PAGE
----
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Minnesota police reform bills in limbo as 2021 session deadline nears

Gov. Walz holds out hope for a breakthrough, but Senate Republicans haven't agreed yet to any police accountability measures passed by House Democrats.

ST PAUL, Minn. — The DFL-controlled Minnesota House passed police reforms this year.  The GOP-controlled Senate didn't hold hearings on any police accountability measures, let alone pass them.

So, the stage shifted to the Public Safety Conference Committee, where a small group of House members have tried to persuade a small number of senators to adopt some of the reforms as part of a final House-Senate compromise version of the public safety bill.

Thus far, the Republican senators on that panel haven't budged. They said they believe the reforms passed last summer in the wake of the killing of George Floyd were sufficient. And the top Republican at the State Capitol, Senate Majority Leader Paul Gazelka of Nisswa has also embraced that stance.

Gov. Tim Walz and Democratic legislators, on the other hand, assert the 2020 reforms were only the start, and the recent killing of Daunte Wright is only the latest example of the need to change how police interact with Black Minnesotans and other people of color.

"Why would Minnesota not seize the moment and become the best state in the nation on equity? Why would you not add that to your accomplishments?" Walz told state capitol reporters Wednesday.

Walz summoned Christian, Jewish and Muslim faith leaders and Black business owners to speak the media as part of a concerted push to win over the reluctant Republicans.

"Accountability! Those who serve must be held responsible to perform at the highest levels of professional behavior," the Rev. Alfred Babington-Johnson of the His Work Now ministerial alliance told reporters.

"Compassion – we must all treat one another with a sense of common humanity."

The reforms that passed the House include:

  • Civilian oversight boards for police agencies
  • Body camera footage access for families of those killed by officers
  • Stricter rules for no-knock search warrants
  • Funding an early warning system to spot problem officers
  • Decriminalizing failure to pay fines and court fees
  • Restricting traffic stops for minor equipment violations
  • Barring officers from belonging to white supremacist hate groups

Proponents argue that changing the approach to traffic stops could prevent the types of interactions that disproportionately lead to more serious charges, or injuries and death. The House Public Safety bill also includes corrections system reforms that would provide added protections for prison and jail inmates who are sick or injured.

"The good news is we are in these conference committees, and the good news is we have provided several offers to the GOP Senate," Rep. Cedric Frazier, a Democrat from New Hope who serves on the public safety conference committee, explained.

"The bad news is they have not responded to any of those offers. They have provided several excuses for not responding. None that prevent them to responding to the pain, the grief and heartache of community members that have been crying out for decades for change."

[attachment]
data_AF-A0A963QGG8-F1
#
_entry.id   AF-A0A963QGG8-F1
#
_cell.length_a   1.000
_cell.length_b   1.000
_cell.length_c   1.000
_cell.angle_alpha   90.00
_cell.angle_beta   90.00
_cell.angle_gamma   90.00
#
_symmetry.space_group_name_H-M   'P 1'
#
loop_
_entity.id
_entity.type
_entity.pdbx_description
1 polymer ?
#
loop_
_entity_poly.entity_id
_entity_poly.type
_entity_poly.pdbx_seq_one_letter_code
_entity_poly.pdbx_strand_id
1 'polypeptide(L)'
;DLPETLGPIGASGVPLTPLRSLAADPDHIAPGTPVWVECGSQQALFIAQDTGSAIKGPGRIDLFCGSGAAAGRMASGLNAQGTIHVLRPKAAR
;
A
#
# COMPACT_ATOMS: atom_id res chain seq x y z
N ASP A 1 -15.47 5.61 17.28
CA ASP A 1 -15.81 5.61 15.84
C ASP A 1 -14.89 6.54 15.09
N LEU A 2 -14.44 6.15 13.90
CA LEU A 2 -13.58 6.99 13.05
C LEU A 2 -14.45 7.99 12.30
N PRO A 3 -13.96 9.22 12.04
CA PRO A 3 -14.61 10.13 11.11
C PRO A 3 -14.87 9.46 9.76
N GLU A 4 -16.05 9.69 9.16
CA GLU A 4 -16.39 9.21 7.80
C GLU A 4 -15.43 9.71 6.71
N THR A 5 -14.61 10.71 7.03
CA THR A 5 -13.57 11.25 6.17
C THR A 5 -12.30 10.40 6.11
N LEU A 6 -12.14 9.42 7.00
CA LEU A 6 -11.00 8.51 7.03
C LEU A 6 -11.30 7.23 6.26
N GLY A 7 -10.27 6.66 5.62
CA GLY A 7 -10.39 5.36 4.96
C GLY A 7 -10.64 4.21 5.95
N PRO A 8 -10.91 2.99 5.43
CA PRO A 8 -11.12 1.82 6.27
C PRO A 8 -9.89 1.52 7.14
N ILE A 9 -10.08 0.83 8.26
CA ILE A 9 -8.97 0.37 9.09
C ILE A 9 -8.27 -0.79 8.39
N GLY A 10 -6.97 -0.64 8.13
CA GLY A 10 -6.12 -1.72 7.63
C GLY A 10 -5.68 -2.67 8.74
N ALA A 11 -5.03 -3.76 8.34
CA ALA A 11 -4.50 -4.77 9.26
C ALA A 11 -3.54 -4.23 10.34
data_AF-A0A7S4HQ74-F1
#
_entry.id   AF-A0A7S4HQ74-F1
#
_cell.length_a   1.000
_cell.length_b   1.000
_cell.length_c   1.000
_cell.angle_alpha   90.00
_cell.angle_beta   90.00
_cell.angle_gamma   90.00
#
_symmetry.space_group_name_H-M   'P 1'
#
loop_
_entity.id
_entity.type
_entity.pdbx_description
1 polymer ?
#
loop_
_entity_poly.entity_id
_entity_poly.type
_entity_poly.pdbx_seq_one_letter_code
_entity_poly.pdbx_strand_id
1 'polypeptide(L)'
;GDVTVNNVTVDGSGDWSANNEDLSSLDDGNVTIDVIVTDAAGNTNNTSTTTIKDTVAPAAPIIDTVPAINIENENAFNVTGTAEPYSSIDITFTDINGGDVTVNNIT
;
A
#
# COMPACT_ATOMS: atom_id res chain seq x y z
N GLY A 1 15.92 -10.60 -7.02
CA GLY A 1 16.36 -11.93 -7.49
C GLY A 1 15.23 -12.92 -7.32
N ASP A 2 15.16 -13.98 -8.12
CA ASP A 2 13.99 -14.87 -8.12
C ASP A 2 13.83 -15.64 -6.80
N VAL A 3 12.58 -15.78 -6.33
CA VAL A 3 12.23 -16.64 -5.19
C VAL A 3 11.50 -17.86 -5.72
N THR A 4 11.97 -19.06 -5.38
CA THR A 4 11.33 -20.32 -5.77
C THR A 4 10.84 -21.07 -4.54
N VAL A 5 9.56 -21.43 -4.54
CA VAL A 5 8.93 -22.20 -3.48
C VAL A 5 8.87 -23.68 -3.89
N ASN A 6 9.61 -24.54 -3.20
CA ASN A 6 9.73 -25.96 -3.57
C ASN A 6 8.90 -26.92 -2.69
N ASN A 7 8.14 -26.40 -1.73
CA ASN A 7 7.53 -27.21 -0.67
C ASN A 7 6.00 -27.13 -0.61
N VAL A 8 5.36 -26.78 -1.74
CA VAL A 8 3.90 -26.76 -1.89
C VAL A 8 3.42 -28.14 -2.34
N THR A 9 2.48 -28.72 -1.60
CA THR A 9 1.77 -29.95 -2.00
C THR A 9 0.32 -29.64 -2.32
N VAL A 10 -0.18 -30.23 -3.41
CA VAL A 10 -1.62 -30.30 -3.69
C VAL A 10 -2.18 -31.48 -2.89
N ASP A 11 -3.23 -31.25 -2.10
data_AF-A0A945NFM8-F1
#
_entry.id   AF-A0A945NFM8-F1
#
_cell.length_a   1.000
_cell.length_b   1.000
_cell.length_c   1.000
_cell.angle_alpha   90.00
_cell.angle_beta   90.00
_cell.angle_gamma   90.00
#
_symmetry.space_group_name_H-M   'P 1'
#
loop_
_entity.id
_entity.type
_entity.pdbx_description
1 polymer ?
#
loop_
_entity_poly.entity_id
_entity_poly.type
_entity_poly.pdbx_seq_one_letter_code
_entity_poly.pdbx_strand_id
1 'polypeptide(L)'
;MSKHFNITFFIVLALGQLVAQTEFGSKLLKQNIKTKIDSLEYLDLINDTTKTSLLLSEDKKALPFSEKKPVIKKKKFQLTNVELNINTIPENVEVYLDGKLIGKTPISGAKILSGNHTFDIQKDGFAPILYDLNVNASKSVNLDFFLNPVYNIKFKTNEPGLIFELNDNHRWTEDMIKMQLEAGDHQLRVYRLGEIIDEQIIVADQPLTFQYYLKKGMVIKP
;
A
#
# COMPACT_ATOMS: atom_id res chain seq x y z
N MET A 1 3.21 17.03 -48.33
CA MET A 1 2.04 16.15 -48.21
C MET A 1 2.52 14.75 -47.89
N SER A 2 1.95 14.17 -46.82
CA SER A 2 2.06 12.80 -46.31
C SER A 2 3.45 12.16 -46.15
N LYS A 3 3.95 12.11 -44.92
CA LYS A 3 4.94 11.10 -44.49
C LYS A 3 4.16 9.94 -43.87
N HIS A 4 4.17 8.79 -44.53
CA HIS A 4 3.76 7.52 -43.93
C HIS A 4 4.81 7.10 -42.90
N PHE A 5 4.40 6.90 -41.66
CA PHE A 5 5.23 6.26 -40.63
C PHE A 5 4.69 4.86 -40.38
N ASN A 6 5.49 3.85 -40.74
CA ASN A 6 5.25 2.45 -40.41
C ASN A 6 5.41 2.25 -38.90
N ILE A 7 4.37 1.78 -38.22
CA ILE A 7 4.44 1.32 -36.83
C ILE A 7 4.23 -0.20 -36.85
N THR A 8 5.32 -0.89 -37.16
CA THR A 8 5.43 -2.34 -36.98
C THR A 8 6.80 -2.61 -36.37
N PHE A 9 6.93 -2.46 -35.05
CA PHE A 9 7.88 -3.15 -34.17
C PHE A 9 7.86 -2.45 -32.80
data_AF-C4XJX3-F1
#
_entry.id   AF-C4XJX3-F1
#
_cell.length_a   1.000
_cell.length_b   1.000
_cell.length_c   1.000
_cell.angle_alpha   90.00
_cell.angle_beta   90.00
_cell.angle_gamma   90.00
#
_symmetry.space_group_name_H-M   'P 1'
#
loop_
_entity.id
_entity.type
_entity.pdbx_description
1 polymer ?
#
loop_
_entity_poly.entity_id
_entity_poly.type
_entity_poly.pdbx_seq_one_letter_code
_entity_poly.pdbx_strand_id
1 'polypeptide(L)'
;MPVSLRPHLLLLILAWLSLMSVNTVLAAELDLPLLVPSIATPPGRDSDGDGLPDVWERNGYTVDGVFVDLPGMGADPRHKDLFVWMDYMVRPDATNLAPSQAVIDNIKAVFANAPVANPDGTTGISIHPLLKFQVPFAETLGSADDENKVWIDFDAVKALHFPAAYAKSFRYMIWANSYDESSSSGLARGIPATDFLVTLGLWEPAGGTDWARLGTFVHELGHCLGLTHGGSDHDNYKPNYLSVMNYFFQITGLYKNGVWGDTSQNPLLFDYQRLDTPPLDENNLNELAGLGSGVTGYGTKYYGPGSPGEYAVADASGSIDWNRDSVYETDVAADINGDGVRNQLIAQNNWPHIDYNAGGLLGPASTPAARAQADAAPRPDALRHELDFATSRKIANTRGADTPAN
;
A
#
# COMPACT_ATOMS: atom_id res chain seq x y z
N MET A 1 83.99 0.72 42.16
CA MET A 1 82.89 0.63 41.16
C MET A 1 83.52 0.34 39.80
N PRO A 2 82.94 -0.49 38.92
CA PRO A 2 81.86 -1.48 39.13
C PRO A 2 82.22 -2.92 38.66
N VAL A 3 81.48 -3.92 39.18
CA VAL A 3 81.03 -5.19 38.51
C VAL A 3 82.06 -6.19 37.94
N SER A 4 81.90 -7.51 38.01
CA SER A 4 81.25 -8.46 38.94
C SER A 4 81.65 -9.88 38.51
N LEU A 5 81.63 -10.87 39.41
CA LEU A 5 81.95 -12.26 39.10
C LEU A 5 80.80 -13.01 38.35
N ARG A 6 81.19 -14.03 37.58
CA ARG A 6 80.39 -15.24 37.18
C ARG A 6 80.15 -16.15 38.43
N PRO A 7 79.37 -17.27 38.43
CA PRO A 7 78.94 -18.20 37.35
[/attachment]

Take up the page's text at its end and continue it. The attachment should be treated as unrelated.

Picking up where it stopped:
Republican resistance

But the lead Senator on the conference committee, Sen. Bill Ingebrigtsen of Alexandria, has argued against making statewide changes in response to the death of George Floyd in the custody of Minneapolis Police. 

He argues that officers who use excessive force are rare exceptions and he believes the conviction of former officer Derek Chauvin last month is proof the system is working the way it should.

"Those who still say justice hasn't been served -- I just totally reject the fact that justice still has not been served. I just can't understand that." Sen. Ingebrigtsen, a former sheriff, told fellow committee members earlier this week.

Senate Majority Leader Gazelka have several times repeated the line that "justice has been served" and told reporters April 29 that Chauvin's conviction took the pressure off the legislature to act this year.

"Once that conviction happened the pressure here went down dramatically because people thought they got a fair judgment there," Sen. Gazelka explained.

"And so, the combination of that with the fact we passed major police accountability reforms last year. It doesn’t feel as urgent as making sure we get the budget done so our state keeps open."

The reforms passed last summer include:

  • Banning choke holds by police
  • Adopting a duty to intervene as standard policy
  • Barring cities from paying for warrior-style training for officers
  • Adding two additional citizen members to the police standards board
  • Creating a database to better track excessive force complaints

The GOP leader said the Senate will not accept any of the reforms that were rejected last summer, including changes to qualified immunity for officers.

"Too many people, I feel like, have thrown the police under the bus. The police in Minnesota, many are very demoralized because of the lack of appreciation for the work they do."

Lt. Gov. Peggy Flanagan Wednesday rejected the notion that Minnesota should pause on new police reforms.

"The death of George Floyd and the death of Daunte Wright did not occur within a vacuum, but in a larger truth that black men are disproportionately killed by law enforcement," Flanagan remarked.

"Our work is not done until everyone gets to go home safely at the end of the day."

RELATED: Walz, lawmakers call on Minnesota Senate to enact police reform

RELATED: Minnesota police standards board making changes to increase accountability, governor says

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